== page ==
Another gift that was really popular was the year I spent time on Ancestry.com and created detailed family trees for my In-laws and Grandmother. My grandmother still talks about it to this day and it was a really cheap gift!
9. Get the Kids Involved
On the same DIY track, if you have children, Christmas is a wonderful opportunity to spend time making fun crafts to give to others.
You can bake cookies together for a neighbor or do a cute handprint craft for the grandparents. I also like this list of kids and make and sell (or give as gifts).
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10. Consider offering services instead of gifts
One of the best gifts my daughter got at her last birthday was a little coupon from a friend that read “Good for one playdate with Emily”. She just loved it and it was a great gift that didn’t clutter up my house with more junk.
Give the gift of time to someone by offering babysitting hours or plan a “12 Dates of Christmas” with a loved one.
Make sure to actually book it in the calendar as all too often these gifts go unused.
No article about how to do Christmas on a budget would be complete without a section on regifting. Let’s face it, we all get gifts we don’t want or need but can think of someone who would just love it. But when it is acceptable to regift and save a few bucks?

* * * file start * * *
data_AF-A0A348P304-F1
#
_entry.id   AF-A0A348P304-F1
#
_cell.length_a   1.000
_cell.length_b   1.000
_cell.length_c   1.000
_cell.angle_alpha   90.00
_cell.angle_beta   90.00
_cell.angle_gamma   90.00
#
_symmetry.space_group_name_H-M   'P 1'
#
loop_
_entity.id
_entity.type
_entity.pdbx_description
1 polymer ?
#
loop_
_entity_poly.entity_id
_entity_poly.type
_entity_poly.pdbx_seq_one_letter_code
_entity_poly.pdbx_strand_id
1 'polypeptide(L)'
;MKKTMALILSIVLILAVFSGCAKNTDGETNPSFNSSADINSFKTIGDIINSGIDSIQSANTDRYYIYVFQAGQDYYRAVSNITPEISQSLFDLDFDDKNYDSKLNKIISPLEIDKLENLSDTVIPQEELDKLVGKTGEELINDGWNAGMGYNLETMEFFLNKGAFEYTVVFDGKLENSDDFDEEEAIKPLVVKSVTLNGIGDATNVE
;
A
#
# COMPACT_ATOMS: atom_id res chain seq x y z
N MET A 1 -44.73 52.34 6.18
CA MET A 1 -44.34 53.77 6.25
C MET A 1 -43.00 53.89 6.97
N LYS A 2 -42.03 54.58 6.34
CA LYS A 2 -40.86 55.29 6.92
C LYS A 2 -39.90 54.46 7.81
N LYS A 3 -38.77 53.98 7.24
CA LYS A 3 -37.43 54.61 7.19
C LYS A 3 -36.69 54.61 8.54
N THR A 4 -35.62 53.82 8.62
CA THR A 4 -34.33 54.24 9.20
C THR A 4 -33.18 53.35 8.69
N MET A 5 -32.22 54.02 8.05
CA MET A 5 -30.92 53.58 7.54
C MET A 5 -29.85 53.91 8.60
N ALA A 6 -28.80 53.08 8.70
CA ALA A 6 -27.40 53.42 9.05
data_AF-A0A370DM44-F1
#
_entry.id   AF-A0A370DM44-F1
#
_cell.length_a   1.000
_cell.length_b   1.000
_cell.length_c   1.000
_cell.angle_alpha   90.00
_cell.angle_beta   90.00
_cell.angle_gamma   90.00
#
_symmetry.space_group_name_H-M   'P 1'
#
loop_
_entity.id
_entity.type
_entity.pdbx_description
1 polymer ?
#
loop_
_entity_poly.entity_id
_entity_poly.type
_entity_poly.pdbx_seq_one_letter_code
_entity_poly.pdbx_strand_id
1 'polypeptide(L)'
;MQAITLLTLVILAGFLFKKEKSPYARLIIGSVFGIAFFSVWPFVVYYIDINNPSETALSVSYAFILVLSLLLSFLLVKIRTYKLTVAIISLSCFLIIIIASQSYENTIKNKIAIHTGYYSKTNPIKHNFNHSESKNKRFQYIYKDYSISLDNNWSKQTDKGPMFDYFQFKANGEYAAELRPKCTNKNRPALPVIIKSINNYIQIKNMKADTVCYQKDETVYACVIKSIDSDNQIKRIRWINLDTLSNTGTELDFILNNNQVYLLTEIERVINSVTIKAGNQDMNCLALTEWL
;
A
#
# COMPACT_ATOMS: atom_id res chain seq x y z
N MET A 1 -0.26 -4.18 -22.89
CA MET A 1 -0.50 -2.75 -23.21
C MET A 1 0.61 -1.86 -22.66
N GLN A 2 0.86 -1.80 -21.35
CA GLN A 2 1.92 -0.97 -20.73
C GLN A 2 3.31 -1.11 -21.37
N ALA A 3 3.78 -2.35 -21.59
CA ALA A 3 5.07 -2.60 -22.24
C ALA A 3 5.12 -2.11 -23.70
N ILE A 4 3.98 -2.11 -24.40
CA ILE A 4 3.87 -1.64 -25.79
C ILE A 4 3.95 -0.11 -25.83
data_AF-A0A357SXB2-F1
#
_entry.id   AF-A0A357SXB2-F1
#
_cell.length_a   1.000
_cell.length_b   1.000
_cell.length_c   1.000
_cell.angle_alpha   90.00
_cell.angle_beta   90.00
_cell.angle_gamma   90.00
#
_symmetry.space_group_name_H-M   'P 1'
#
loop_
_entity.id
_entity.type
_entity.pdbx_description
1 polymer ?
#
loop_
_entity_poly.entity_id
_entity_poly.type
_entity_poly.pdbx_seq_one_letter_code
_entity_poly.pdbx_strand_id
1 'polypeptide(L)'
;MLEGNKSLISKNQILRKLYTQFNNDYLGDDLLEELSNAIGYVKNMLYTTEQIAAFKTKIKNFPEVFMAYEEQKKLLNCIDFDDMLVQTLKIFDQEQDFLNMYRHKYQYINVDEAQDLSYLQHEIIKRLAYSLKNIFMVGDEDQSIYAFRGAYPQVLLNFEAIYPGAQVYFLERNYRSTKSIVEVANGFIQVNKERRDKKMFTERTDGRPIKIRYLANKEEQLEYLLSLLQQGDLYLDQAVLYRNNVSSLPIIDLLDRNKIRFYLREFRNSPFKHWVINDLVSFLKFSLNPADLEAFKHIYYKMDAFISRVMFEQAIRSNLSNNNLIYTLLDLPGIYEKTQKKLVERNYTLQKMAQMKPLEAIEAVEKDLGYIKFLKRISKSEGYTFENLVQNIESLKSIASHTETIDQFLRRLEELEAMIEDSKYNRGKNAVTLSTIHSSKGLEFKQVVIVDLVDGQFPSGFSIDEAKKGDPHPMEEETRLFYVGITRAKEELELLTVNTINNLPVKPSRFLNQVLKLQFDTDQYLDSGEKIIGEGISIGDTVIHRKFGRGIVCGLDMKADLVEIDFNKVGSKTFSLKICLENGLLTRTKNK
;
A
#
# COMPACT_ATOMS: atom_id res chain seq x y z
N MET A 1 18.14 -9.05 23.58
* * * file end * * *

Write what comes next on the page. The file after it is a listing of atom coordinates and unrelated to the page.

Although I am not really a regifter myself (I prefer to give unwanted presents to charity auctions or events), I don’t think there is anything wrong with regifting per se, as long as you adhere to a few common sense rules:
The item must be brand new and in perfect condition. No one wants your chipped china Santa figurine.
It must be something the person would absolutely love. Don’t give junk you just want to get rid of.
Check and double check that all tags and notes are removed. Yes, I did once receive a gift with the original tag still addressed.
If in doubt, do not regift. It’s not worth the savings if you end up looking cheap and tacky.What is the difference between regifting and second-hand? If you choose thoughtfully and make a gift personal, I think both are acceptable. Second-hand shopping can be a great way to stretch the dollar and be green at the same time.
One thing that is great to buy second hand is books. You can get practically brand new books at a fraction of the cost of retail. I also normally buy my children’s toys second-hand from Facebook Buy and sell groups or thrift stores.
Why pay full price for something they may or may not play with past December 26?